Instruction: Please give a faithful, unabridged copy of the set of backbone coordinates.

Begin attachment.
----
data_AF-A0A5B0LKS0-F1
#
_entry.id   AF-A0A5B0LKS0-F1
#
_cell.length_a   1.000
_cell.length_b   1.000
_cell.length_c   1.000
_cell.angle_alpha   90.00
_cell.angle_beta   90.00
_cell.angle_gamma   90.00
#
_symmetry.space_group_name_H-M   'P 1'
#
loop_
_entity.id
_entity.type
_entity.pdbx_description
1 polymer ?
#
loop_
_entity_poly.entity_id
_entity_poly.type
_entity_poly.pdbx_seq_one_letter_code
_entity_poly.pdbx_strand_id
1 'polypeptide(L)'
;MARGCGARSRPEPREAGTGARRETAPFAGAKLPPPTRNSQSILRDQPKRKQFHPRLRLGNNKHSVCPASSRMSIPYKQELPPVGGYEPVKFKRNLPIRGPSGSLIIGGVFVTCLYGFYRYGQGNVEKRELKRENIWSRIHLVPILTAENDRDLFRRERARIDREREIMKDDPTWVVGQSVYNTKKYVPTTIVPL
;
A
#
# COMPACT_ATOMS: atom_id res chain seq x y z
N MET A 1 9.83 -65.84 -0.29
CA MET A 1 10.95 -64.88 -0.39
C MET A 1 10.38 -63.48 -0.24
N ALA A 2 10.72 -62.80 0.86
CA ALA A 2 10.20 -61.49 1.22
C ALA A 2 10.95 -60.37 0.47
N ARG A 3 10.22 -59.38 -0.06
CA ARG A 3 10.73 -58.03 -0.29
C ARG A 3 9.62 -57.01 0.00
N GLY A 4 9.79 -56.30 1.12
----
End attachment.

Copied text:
data_AF-A0A5B0LKS0-F1
#
_entry.id   AF-A0A5B0LKS0-F1
#
_cell.length_a   1.000
_cell.length_b   1.000
_cell.length_c   1.000
_cell.angle_alpha   90.00
_cell.angle_beta   90.00
_cell.angle_gamma   90.00
#
_symmetry.space_group_name_H-M   'P 1'
#
loop_
_entity.id
_entity.type
_entity.pdbx_description
1 polymer ?
#
loop_
_entity_poly.entity_id
_entity_poly.type
_entity_poly.pdbx_seq_one_letter_code
_entity_poly.pdbx_strand_id
1 'polypeptide(L)'
;MARGCGARSRPEPREAGTGARRETAPFAGAKLPPPTRNSQSILRDQPKRKQFHPRLRLGNNKHSVCPASSRMSIPYKQELPPVGGYEPVKFKRNLPIRGPSGSLIIGGVFVTCLYGFYRYGQGNVEKRELKRENIWSRIHLVPILTAENDRDLFRRERARIDREREIMKDDPTWVVGQSVYNTKKYVPTTIVPL
;
A
#
# COMPACT_ATOMS: atom_id res chain seq x y z
N MET A 1 9.83 -65.84 -0.29
CA MET A 1 10.95 -64.88 -0.39
C MET A 1 10.38 -63.48 -0.24
N ALA A 2 10.72 -62.80 0.86
CA ALA A 2 10.20 -61.49 1.22
C ALA A 2 10.95 -60.37 0.47
N ARG A 3 10.22 -59.38 -0.06
CA ARG A 3 10.73 -58.03 -0.29
C ARG A 3 9.62 -57.01 0.00
N GLY A 4 9.79 -56.30 1.12